Amazon stocks a wide range of computer parts and peripherals including a wide array of computer monitors and displays.
If you purchased a new monitor from Amazon such as one from a brand like:
- Acer or
But your order isn’t quite what you expected and you want to make a return; perhaps the performance is underwhelming, it’s defective, was ordered by mistake, or an unwanted gift, then you’ll be wise to get to grips with Amazon’s returns policy.
To assist you there, we’ve had a good look at Amazon’s returns policy and will bring you up to speed with how long you get to make a return, how to return your monitor safely, how long it will take to receive a refund and we’ve also looked at Amazon’s competition to see how their returns policies compare.
Keep reading to find out more…
What is Amazon’s returns policy for monitors? In Short
Amazon allows you up to 30 days from receipt to return a monitor to its warehouse for a full refund or exchange. Be sure to include all packaging, and ensure it is returned in a like-new condition.
You can return a monitor to Amazon for any number of reasons including:
- It being defective
- If it’s no longer needed
- If it was ordered by mistake
- If you’ve received a duplicate
- If you’re not happy with the performance
- If parts are missing
- If you’ve changed your mind
- If it was ordered late
The list is pretty much endless.
Amazon Laptop Returns Policy
What is Amazon’s Dead Pixel Policy?
Amazon doesn’t have a specific dead pixel policy. This is something you will generally find as part of the manufacturer’s warranty.
You can read our dead pixel policies for the following monitors:
If you do receive a monitor from Amazon with dead pixels and you want to return it, there is no need to mention this as part of your return.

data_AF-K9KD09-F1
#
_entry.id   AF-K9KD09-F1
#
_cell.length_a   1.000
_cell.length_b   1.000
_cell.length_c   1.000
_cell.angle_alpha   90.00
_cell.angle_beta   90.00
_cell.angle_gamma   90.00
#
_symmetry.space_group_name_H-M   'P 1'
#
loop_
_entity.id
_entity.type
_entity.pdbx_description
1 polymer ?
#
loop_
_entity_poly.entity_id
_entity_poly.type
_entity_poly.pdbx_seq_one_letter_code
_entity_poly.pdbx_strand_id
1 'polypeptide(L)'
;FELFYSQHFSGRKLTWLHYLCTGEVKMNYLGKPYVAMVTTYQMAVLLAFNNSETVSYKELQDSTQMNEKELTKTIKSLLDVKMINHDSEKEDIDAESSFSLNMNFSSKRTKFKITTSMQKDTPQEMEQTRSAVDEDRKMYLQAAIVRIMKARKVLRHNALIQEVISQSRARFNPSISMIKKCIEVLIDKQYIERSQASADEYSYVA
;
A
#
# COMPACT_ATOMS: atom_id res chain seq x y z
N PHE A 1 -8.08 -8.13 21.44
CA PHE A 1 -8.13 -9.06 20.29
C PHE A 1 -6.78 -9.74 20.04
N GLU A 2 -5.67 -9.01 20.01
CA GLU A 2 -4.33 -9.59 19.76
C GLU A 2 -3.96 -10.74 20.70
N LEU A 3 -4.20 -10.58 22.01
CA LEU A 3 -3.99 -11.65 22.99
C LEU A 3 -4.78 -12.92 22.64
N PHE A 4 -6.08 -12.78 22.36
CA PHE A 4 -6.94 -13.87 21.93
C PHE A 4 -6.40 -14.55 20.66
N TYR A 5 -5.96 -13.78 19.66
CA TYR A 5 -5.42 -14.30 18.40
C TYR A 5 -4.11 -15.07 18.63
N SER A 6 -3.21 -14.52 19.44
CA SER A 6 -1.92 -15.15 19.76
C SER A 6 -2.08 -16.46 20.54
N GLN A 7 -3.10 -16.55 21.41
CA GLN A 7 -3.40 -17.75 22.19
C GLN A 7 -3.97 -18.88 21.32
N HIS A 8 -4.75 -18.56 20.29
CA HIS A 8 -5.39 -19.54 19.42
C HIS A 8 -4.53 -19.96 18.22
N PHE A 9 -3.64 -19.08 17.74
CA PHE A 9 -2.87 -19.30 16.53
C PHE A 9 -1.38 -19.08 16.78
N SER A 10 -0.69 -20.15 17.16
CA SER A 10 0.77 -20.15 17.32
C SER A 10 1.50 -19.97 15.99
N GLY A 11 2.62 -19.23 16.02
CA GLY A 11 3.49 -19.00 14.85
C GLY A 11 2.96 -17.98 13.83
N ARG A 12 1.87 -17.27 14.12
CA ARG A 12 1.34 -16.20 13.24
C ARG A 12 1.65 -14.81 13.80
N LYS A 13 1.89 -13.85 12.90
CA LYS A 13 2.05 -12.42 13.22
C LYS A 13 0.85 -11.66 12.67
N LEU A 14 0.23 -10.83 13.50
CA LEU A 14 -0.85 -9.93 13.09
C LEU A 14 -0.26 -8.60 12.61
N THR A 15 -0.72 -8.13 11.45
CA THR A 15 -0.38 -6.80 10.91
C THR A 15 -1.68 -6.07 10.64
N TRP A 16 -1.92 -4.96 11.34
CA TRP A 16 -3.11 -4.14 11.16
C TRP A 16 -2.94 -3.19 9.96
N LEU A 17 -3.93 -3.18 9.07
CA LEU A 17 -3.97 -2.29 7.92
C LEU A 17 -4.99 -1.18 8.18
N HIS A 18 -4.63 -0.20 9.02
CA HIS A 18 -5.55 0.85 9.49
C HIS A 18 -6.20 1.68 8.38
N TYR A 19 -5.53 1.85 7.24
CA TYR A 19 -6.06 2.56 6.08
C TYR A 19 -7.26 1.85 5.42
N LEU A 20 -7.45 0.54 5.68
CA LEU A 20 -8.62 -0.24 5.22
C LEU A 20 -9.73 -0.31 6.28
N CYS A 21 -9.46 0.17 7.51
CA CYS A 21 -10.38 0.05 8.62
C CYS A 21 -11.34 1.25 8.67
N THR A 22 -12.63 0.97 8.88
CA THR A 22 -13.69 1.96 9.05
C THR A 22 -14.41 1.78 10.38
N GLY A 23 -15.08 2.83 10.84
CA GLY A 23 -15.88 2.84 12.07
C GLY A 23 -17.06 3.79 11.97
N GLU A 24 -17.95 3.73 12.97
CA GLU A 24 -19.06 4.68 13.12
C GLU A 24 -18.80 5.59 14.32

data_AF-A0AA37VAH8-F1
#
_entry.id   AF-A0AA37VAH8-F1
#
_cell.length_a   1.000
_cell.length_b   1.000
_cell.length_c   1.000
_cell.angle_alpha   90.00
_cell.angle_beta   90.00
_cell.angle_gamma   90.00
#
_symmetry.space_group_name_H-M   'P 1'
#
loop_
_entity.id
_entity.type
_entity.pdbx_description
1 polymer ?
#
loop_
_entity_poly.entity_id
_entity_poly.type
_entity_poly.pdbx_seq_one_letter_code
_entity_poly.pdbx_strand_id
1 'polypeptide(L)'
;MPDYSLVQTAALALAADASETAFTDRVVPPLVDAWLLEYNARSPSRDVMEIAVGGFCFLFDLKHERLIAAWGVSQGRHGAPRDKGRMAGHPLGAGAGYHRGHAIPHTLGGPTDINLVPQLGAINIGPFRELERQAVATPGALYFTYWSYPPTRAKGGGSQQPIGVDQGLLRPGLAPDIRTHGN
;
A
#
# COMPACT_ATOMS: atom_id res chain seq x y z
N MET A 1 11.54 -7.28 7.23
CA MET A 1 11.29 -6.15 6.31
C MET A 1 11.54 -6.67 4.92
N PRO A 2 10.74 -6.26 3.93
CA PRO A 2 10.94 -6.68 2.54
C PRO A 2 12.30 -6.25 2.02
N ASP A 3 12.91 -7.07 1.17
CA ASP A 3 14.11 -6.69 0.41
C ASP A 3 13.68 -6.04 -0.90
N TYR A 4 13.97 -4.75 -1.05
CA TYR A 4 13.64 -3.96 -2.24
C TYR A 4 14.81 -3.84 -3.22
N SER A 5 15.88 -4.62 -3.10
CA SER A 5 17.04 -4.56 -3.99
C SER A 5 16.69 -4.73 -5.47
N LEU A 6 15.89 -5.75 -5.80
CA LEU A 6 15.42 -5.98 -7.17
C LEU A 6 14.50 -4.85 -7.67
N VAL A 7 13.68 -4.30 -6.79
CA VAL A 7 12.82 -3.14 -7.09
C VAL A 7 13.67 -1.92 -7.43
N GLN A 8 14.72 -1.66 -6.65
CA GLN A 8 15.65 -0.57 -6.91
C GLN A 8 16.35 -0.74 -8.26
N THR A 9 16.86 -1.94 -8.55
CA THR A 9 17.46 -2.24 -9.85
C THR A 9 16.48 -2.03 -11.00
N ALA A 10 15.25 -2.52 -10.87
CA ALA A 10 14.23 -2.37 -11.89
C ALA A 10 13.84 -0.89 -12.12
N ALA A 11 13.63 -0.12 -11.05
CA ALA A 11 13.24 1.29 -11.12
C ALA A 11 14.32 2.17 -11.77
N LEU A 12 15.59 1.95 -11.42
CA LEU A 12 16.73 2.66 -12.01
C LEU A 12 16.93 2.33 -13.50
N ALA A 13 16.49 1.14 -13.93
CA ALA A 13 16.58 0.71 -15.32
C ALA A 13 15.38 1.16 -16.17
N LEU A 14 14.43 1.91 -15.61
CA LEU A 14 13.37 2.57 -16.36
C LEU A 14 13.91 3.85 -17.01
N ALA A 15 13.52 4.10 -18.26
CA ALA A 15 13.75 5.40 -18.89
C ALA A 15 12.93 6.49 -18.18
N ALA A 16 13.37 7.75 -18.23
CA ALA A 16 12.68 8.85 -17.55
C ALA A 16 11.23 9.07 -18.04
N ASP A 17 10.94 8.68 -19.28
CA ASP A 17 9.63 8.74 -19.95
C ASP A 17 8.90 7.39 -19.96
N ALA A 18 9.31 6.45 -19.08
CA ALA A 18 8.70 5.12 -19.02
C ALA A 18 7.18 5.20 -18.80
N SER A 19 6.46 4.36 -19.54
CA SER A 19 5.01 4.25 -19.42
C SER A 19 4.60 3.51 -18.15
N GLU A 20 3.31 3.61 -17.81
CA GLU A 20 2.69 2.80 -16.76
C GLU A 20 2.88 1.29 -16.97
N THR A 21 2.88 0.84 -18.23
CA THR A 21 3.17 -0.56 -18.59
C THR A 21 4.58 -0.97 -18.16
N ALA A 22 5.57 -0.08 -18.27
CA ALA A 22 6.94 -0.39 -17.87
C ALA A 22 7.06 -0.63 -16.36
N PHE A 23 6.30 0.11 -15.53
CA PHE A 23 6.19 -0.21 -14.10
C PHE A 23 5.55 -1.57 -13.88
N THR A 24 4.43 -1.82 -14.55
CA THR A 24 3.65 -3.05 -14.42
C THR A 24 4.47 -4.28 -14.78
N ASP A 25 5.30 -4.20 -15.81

We would simply return it as a mistaken order or as no longer needed. There is no reason to disclose that it has dead pixels.
However, given Amazon’s returns window is only 30 days, we recommend checking for dead pixels as soon as you receive your monitor and swiftly initiating a return within the 30 days.
How to Return a Monitor to Amazon?
You can only return a monitor using Amazon’s online returns process but it’s extremely simple to use.
To initiate a return you will need to:
Just do this:
- Sign in to your Amazon account
- Look for the returns and order section which is in the top corner on desktop (on the mobile app find your orders by clicking the little man on the bottom row of your screen)
- Pick the option to return or replace (if on mobile just click the product in your list of recent purchases)
- Provide your reason for a return (you’ll see a drop-down with a list, many of which we’ve covered above)
- Complete the details confirming your reason for return
- Select your preferred return method
- Print your returns label for your monitor
Does it Cost to Return a Monitor to Amazon?
No, it won’t cost you to return your monitor. Amazon provides a free returns option for most items under 50lb in weight.
This will generally mean free returns (even LG’s 43″ behemoth only weighs about 44.1 lbs shipped).